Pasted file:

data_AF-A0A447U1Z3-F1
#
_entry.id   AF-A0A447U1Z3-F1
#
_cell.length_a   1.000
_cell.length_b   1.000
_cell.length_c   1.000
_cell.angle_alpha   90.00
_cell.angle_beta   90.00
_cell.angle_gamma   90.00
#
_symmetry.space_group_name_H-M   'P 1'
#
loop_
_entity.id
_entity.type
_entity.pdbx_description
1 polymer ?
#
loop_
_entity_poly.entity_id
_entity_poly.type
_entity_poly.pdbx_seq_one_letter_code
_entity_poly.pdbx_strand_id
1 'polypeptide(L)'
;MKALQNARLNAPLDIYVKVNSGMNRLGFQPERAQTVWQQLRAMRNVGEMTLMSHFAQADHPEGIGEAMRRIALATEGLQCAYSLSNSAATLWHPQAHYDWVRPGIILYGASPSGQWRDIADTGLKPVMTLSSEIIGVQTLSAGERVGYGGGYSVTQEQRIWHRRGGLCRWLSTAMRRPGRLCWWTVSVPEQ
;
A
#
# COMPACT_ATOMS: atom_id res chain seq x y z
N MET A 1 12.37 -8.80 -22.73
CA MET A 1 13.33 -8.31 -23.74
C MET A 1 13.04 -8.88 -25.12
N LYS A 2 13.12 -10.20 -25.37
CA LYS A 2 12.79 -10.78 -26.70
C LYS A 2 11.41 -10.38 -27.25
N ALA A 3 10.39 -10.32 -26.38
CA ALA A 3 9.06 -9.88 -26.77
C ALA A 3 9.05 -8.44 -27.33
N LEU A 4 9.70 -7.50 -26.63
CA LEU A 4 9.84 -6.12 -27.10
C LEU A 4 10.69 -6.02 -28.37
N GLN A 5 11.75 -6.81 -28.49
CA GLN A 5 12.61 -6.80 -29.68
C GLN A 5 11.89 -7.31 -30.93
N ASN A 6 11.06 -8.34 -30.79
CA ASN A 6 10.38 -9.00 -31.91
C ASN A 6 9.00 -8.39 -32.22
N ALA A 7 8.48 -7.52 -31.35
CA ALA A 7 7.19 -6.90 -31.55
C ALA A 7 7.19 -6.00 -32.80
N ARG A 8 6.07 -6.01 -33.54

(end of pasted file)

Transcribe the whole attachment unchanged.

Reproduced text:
data_AF-A0A447U1Z3-F1
#
_entry.id   AF-A0A447U1Z3-F1
#
_cell.length_a   1.000
_cell.length_b   1.000
_cell.length_c   1.000
_cell.angle_alpha   90.00
_cell.angle_beta   90.00
_cell.angle_gamma   90.00
#
_symmetry.space_group_name_H-M   'P 1'
#
loop_
_entity.id
_entity.type
_entity.pdbx_description
1 polymer ?
#
loop_
_entity_poly.entity_id
_entity_poly.type
_entity_poly.pdbx_seq_one_letter_code
_entity_poly.pdbx_strand_id
1 'polypeptide(L)'
;MKALQNARLNAPLDIYVKVNSGMNRLGFQPERAQTVWQQLRAMRNVGEMTLMSHFAQADHPEGIGEAMRRIALATEGLQCAYSLSNSAATLWHPQAHYDWVRPGIILYGASPSGQWRDIADTGLKPVMTLSSEIIGVQTLSAGERVGYGGGYSVTQEQRIWHRRGGLCRWLSTAMRRPGRLCWWTVSVPEQ
;
A
#
# COMPACT_ATOMS: atom_id res chain seq x y z
N MET A 1 12.37 -8.80 -22.73
CA MET A 1 13.33 -8.31 -23.74
C MET A 1 13.04 -8.88 -25.12
N LYS A 2 13.12 -10.20 -25.37
CA LYS A 2 12.79 -10.78 -26.70
C LYS A 2 11.41 -10.38 -27.25
N ALA A 3 10.39 -10.32 -26.38
CA ALA A 3 9.06 -9.88 -26.77
C ALA A 3 9.05 -8.44 -27.33
N LEU A 4 9.70 -7.50 -26.63
CA LEU A 4 9.84 -6.12 -27.10
C LEU A 4 10.69 -6.02 -28.37
N GLN A 5 11.75 -6.81 -28.49
CA GLN A 5 12.61 -6.80 -29.68
C GLN A 5 11.89 -7.31 -30.93
N ASN A 6 11.06 -8.34 -30.79
CA ASN A 6 10.38 -9.00 -31.91
C ASN A 6 9.00 -8.39 -32.22
N ALA A 7 8.48 -7.52 -31.35
CA ALA A 7 7.19 -6.90 -31.55
C ALA A 7 7.19 -6.00 -32.80
N ARG A 8 6.07 -6.01 -33.54